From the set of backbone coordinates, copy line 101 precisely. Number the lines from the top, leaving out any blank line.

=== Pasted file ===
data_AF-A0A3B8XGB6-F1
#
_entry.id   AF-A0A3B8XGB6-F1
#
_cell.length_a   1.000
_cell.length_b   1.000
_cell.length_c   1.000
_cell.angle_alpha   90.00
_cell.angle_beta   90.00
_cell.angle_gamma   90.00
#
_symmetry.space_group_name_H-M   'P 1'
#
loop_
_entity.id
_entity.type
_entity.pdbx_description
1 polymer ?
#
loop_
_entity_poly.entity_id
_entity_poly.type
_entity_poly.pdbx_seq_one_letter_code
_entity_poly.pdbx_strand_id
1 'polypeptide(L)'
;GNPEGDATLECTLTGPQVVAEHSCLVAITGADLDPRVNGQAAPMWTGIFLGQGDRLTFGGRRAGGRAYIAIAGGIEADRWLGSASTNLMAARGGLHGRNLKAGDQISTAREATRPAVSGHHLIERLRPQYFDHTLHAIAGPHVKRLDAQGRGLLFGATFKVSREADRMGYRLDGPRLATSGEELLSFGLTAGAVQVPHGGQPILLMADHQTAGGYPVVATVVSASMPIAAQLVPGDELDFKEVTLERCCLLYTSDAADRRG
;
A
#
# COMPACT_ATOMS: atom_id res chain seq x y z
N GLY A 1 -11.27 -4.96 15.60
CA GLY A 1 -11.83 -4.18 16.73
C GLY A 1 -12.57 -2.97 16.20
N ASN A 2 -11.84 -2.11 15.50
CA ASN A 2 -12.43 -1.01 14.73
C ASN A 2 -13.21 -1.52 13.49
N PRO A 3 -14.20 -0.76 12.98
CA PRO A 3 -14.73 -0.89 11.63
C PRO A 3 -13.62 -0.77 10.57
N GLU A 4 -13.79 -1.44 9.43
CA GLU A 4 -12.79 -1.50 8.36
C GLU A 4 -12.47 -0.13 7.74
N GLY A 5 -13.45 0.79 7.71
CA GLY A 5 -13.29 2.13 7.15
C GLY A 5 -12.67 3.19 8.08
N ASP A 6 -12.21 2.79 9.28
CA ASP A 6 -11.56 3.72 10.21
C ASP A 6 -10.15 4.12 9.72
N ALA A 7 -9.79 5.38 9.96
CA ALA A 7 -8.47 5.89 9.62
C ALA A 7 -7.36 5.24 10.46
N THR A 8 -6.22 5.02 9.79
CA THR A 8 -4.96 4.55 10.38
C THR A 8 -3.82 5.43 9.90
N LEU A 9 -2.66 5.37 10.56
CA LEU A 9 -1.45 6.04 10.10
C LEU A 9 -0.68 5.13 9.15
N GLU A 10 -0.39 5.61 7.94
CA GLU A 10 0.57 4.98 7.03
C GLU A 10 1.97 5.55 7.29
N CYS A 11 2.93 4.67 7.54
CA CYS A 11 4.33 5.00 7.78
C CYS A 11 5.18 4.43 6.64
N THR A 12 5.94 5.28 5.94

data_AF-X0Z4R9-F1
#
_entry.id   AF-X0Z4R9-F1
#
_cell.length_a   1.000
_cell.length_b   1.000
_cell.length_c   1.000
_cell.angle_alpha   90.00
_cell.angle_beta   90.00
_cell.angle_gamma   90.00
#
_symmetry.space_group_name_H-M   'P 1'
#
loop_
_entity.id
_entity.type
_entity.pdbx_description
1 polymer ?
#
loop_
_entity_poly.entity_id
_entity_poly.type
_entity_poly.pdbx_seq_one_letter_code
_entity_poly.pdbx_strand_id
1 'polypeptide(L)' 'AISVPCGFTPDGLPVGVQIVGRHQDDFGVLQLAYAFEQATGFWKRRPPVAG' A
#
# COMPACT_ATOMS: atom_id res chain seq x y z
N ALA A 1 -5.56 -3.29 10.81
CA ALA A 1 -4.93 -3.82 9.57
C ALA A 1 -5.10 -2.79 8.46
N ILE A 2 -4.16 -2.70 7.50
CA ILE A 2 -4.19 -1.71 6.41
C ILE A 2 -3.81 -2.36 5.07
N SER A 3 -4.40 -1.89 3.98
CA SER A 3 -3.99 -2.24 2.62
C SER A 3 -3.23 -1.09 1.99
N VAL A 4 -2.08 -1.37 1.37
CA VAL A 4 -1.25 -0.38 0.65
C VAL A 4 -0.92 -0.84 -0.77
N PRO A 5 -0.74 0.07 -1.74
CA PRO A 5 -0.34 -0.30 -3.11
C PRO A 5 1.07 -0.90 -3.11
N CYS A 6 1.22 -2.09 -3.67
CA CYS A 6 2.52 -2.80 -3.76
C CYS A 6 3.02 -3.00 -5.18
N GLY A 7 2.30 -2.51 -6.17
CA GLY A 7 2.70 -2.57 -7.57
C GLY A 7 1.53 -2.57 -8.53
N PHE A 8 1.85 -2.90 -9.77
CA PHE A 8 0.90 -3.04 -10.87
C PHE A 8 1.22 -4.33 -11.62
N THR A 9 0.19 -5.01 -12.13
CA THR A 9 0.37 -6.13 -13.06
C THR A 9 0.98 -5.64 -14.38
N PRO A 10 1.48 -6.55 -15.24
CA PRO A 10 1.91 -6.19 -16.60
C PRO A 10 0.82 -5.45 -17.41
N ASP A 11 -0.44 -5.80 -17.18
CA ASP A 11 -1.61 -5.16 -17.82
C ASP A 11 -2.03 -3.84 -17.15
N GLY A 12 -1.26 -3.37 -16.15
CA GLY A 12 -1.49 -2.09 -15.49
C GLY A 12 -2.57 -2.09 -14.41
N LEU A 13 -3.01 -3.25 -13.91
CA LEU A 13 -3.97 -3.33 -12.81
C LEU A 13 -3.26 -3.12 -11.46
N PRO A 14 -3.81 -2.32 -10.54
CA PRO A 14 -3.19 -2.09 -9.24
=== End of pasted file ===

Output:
N VAL A 4 -2.08 -1.37 1.37